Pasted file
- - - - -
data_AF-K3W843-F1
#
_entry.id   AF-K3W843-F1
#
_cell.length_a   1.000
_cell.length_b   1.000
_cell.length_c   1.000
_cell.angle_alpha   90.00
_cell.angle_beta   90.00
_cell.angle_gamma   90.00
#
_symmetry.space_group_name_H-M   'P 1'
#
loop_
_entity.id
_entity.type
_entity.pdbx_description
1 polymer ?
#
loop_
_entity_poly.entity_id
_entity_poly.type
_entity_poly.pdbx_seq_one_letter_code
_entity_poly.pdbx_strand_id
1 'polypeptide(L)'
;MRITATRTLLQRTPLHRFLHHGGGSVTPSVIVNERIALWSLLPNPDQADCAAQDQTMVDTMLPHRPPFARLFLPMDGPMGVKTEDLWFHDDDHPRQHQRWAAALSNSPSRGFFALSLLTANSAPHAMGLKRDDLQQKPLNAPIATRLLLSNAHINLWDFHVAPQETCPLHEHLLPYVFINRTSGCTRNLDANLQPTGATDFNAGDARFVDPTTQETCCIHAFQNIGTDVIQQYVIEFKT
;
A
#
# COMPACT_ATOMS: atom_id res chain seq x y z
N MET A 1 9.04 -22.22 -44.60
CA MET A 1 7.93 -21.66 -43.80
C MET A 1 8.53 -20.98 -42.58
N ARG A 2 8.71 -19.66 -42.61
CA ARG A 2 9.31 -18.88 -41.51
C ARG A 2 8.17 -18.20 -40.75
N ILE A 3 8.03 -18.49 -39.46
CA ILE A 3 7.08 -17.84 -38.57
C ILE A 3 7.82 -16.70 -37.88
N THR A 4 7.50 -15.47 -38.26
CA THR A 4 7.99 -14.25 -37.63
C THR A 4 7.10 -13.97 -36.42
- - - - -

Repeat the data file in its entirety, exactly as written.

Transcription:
data_AF-K3W843-F1
#
_entry.id   AF-K3W843-F1
#
_cell.length_a   1.000
_cell.length_b   1.000
_cell.length_c   1.000
_cell.angle_alpha   90.00
_cell.angle_beta   90.00
_cell.angle_gamma   90.00
#
_symmetry.space_group_name_H-M   'P 1'
#
loop_
_entity.id
_entity.type
_entity.pdbx_description
1 polymer ?
#
loop_
_entity_poly.entity_id
_entity_poly.type
_entity_poly.pdbx_seq_one_letter_code
_entity_poly.pdbx_strand_id
1 'polypeptide(L)'
;MRITATRTLLQRTPLHRFLHHGGGSVTPSVIVNERIALWSLLPNPDQADCAAQDQTMVDTMLPHRPPFARLFLPMDGPMGVKTEDLWFHDDDHPRQHQRWAAALSNSPSRGFFALSLLTANSAPHAMGLKRDDLQQKPLNAPIATRLLLSNAHINLWDFHVAPQETCPLHEHLLPYVFINRTSGCTRNLDANLQPTGATDFNAGDARFVDPTTQETCCIHAFQNIGTDVIQQYVIEFKT
;
A
#
# COMPACT_ATOMS: atom_id res chain seq x y z
N MET A 1 9.04 -22.22 -44.60
CA MET A 1 7.93 -21.66 -43.80
C MET A 1 8.53 -20.98 -42.58
N ARG A 2 8.71 -19.66 -42.61
CA ARG A 2 9.31 -18.88 -41.51
C ARG A 2 8.17 -18.20 -40.75
N ILE A 3 8.03 -18.49 -39.46
CA ILE A 3 7.08 -17.84 -38.57
C ILE A 3 7.82 -16.70 -37.88
N THR A 4 7.50 -15.47 -38.26
CA THR A 4 7.99 -14.25 -37.63
C THR A 4 7.10 -13.97 -36.42